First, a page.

Who would have ever thought that some forms of blindness could be repaired? Ian MacDonald is a pioneer in gene therapy as a treatment of genetic eye diseases. The ophthalmologist will be one of two external speakers at the Alberta Children’s Hospital Research Institute (ACHRI) symposium Wednesday, April 19 at the Foothills Campus. MacDonald, a professor in the Department of Opthalmology and Visual Sciences at the University of Alberta, will speak on Novel Therapeutic Approaches to Human Disease — The Example of Ocular Gene Therapy. We spoke to him briefly about his research.
Q: Why are ocular diseases at the forefront of precision medicine?
A: The eye is an attractive target for precision medicine and gene therapy as it offers a readily accessible site for surgical intervention and injection, is relatively immune-privileged, and treatment of only one eye allows the non-treated eye to serve as a control for the experimental therapy.
Q: Is this the right time to pursue research in precision medicine?
A: Now is definitely the right time to pursue research in precision medicine. Phenotyping in human ocular heritable disease is advanced and we can now make clinical decisions backed up by molecular genetic confirmation. With new tools of next generation sequencing, we have a lot to offer in terms of precision medicine to our patients and families.
Q: How important is basic research to your accomplishments?
A: The first ocular gene therapy trial for choroideremia was based on the products of 30 years of scientific research (some in Canada, including mapping the gene in 1987). It simply could not have occurred without solid pre-clinical research, a team of informed and talented researchers, and significant infrastructure and research support from national (CFI, CIHR, FFB Canada, Choroideremia Research Foundation, Canada Inc.) and provincial (AIHS) funding agencies.
Trudy Mackay is a distinguished scientist specializing in quantitative genetics. Her research relies on the fruit fly — an insect that has provided scientists the means for biomedical research and discovery for over 100 years. Mackay’s work has allowed researchers across the world to understand the genetic traits crucial to plant, animal and human health. A fellow of the Royal Society and the National Academy of Sciences, Mackay was awarded the 2016 Wolf Prize Laureate for Agriculture, widely considered one of the most prestigious prizes in science. She is now at North Carolina State University. Mackay will speak on The Genetic Architecture of Complex Traits: Lessons From Drosophila. We also spoke to her briefly about her research.
Q: Is fruit fly DNA much different from ours?
A: The fruit fly genome is about 10 times smaller than the human genome. However, and perhaps surprisingly, about two-thirds of fly genes have a human counterpart, and 70 per cent of human disease genes have a fruit fly counterpart. Thus, flies are a good genetic model for quantitative traits, including diseases, in humans.
Q: The first human genome was sequenced in 2003. How much more complex are human genes than originally thought?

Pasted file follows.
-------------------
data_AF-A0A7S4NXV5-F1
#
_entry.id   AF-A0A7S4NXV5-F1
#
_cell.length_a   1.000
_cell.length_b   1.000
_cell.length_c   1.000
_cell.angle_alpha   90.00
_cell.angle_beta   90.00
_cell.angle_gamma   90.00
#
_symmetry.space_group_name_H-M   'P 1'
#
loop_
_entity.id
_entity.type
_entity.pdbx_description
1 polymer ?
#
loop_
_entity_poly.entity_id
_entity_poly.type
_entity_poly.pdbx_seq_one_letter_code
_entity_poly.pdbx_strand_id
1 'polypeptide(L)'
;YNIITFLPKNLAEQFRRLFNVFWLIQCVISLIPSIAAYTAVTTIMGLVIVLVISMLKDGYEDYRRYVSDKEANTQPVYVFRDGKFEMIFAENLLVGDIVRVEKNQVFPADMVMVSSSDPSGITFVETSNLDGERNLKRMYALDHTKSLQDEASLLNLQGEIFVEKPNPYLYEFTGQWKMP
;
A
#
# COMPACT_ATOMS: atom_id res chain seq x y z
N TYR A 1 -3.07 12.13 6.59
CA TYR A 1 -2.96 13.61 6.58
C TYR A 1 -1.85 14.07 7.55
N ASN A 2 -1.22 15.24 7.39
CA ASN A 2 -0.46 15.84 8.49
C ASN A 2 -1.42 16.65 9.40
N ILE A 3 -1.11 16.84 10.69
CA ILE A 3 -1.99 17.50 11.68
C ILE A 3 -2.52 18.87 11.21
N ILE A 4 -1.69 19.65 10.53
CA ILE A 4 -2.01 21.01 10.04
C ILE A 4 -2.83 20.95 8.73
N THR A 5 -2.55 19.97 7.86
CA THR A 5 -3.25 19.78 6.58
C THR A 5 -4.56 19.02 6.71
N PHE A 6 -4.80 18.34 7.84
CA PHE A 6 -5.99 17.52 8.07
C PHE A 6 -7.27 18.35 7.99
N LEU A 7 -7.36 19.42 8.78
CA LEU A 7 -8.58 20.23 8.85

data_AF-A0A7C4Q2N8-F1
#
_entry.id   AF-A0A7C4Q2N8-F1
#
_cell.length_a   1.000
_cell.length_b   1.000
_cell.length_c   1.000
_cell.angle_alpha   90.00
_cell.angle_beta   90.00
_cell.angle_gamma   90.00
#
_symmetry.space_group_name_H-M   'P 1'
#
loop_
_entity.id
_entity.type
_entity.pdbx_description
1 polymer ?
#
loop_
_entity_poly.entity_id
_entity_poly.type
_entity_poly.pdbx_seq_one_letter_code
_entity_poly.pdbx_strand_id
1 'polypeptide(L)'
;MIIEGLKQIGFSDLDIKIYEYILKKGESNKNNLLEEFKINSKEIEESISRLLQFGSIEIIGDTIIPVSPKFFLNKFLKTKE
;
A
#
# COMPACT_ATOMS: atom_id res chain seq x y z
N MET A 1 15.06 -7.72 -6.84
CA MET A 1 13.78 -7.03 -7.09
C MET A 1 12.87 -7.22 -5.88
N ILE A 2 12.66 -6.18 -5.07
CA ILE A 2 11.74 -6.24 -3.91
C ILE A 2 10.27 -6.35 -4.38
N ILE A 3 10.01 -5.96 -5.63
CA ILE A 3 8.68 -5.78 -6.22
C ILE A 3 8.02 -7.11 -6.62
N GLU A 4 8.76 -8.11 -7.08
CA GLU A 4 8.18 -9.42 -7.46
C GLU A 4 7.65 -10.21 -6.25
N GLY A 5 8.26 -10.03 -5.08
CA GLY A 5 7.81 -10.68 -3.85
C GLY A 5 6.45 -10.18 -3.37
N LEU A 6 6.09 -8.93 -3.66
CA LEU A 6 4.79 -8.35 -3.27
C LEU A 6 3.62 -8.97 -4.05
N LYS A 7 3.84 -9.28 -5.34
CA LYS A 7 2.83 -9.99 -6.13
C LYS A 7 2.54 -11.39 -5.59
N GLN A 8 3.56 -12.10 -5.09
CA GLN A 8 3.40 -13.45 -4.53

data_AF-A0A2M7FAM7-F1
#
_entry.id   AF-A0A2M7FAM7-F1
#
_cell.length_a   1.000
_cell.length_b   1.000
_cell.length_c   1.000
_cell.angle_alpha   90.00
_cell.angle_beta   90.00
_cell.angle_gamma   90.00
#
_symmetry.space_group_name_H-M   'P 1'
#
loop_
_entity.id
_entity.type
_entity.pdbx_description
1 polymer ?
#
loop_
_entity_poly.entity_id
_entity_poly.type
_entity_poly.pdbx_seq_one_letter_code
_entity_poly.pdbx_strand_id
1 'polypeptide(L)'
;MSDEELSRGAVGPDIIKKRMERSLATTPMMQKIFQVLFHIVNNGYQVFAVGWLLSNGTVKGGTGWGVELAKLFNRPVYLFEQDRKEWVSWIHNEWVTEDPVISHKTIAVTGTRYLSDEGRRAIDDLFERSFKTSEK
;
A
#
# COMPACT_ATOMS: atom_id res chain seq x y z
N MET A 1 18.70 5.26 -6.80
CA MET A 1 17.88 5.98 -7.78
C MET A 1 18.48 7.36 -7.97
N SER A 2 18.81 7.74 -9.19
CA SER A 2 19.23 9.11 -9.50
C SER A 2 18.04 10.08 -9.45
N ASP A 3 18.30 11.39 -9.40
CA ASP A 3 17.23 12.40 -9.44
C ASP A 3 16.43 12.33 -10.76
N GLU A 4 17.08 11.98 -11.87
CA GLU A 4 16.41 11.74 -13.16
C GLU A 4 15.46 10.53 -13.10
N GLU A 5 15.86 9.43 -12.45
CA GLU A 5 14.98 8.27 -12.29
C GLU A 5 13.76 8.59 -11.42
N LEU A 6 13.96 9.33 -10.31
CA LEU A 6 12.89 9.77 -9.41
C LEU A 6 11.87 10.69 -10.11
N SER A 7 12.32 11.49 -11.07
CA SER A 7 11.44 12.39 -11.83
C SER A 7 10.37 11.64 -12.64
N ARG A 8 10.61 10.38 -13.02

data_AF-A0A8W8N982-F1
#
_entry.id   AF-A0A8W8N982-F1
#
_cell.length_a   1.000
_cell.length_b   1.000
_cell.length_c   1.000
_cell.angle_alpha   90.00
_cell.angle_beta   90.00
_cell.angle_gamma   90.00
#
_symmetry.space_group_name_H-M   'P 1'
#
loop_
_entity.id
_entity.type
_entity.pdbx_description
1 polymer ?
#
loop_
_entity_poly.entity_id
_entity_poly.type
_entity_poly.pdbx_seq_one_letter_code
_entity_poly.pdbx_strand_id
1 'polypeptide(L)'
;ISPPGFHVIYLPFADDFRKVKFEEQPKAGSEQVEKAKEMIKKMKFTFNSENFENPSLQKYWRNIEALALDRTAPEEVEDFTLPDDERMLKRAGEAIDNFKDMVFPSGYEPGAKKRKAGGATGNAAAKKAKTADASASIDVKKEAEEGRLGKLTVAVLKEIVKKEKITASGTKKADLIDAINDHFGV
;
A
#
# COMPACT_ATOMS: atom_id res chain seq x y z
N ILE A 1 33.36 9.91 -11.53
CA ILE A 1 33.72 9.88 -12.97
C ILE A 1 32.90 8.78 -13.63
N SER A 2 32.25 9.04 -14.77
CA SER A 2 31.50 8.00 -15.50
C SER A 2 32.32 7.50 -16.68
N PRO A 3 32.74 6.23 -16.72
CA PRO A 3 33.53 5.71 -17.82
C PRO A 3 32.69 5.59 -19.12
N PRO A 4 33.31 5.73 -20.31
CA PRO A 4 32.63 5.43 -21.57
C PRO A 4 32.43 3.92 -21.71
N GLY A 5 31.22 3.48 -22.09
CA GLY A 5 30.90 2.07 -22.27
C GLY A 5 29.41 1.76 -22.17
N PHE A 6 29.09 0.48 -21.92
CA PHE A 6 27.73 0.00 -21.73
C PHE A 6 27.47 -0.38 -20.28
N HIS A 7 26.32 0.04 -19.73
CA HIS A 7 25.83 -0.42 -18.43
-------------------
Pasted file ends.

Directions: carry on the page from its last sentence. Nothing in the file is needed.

A: The first human genome sequence was surprising in that many fewer genes were present than experts had predicted. We now know that regulatory component of the human genome is at least as important as the protein coding genes, and deciphering the regulatory code is an active area of research.
Q: How important is precision medicine to our future and health care of children?
A: Precision medicine is "an emerging approach for disease treatment and prevention that takes into account individual variability in genes, environment, and lifestyle for each person." Precision medicine has the promise to revolutionize future heath care by using genetic and genomic data to optimize individual disease risk assessment and therapy.
UCalgary and ACHRI researchers to present at symposium
The symposium will also hear from University of Calgary and ACHRI researchers:
- Marie-Claire Arrieta, PhD, Early-life Microbiome and Asthma
- Aneal Khan, MD, Emerging Trends for Personalized Therapies for Common and Rare Diseases: The Goal of Precision Medicine
- Deborah Kurrasch, PhD, research interest in the cellular basis of fetal programming
- Graham Thompson, MD, appendicitis diagnosis and management
Information on registration to attend the Alberta Children’s Hospital Research Institute Symposium on Precision Medicine in Child Health and details on the program agenda are available on the ACHRI website.
The Alberta Children’s Hospital Research Institute (ACHRI) symposium is an annual event supported by generous community donations through the Alberta Children’s Hospital Foundation. The research day highlights leading child health research from pre-conception to early adulthood. The day consists of presentations from external and internal speakers and a poster competition, TED Talks and presentations from ACHRI trainees. The symposium concludes with presentation and poster awards from ACHRI Director Dr. Brent Scott.